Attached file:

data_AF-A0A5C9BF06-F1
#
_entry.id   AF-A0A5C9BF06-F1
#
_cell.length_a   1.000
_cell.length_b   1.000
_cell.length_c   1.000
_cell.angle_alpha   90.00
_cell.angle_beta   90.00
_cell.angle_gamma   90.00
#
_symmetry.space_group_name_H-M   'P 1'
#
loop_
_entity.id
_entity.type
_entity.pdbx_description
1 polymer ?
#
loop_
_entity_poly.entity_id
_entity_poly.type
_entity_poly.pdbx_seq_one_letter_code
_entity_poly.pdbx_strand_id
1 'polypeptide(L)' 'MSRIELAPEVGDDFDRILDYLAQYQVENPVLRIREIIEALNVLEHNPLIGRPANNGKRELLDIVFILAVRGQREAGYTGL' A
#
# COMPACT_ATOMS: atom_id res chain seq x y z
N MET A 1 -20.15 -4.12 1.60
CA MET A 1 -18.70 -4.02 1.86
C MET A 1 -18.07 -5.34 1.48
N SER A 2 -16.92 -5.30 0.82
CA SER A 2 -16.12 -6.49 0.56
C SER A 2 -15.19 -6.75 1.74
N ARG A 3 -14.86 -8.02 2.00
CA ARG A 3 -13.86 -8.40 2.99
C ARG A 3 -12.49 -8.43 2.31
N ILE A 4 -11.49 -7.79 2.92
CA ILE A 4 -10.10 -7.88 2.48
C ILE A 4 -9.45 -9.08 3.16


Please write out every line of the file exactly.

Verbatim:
data_AF-A0A5C9BF06-F1
#
_entry.id   AF-A0A5C9BF06-F1
#
_cell.length_a   1.000
_cell.length_b   1.000
_cell.length_c   1.000
_cell.angle_alpha   90.00
_cell.angle_beta   90.00
_cell.angle_gamma   90.00
#
_symmetry.space_group_name_H-M   'P 1'
#
loop_
_entity.id
_entity.type
_entity.pdbx_description
1 polymer ?
#
loop_
_entity_poly.entity_id
_entity_poly.type
_entity_poly.pdbx_seq_one_letter_code
_entity_poly.pdbx_strand_id
1 'polypeptide(L)' 'MSRIELAPEVGDDFDRILDYLAQYQVENPVLRIREIIEALNVLEHNPLIGRPANNGKRELLDIVFILAVRGQREAGYTGL' A
#
# COMPACT_ATOMS: atom_id res chain seq x y z
N MET A 1 -20.15 -4.12 1.60
CA MET A 1 -18.70 -4.02 1.86
C MET A 1 -18.07 -5.34 1.48
N SER A 2 -16.92 -5.30 0.82
CA SER A 2 -16.12 -6.49 0.56
C SER A 2 -15.19 -6.75 1.74
N ARG A 3 -14.86 -8.02 2.00
CA ARG A 3 -13.86 -8.40 2.99
C ARG A 3 -12.49 -8.43 2.31
N ILE A 4 -11.49 -7.79 2.92
CA ILE A 4 -10.10 -7.88 2.48
C ILE A 4 -9.45 -9.08 3.16